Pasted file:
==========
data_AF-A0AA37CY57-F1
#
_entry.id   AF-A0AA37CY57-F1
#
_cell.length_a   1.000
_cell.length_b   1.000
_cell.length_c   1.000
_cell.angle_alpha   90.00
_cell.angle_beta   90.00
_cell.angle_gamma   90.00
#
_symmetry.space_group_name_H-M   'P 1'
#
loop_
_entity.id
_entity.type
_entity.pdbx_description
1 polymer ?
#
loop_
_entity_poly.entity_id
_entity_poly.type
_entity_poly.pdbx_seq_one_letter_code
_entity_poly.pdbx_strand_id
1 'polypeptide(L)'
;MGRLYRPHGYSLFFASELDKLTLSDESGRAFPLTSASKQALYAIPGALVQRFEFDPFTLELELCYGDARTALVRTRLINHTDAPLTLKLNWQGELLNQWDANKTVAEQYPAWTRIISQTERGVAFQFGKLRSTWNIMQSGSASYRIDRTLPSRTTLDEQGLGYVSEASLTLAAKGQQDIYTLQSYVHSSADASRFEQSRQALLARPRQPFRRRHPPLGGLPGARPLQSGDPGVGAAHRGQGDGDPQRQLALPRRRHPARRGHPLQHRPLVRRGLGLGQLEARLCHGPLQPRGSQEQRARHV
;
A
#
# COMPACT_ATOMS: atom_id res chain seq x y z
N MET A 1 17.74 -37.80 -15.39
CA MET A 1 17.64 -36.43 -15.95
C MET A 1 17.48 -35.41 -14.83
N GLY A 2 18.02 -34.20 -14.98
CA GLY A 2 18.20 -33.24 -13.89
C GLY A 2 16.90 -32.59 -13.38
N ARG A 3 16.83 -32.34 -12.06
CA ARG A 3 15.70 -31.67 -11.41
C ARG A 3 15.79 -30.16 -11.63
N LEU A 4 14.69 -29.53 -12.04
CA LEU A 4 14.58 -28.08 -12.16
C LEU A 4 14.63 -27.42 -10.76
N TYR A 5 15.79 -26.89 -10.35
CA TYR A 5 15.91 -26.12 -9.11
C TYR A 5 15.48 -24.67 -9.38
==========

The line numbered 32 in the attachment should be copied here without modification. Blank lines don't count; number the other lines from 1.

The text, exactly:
CA MET A 1 17.64 -36.43 -15.95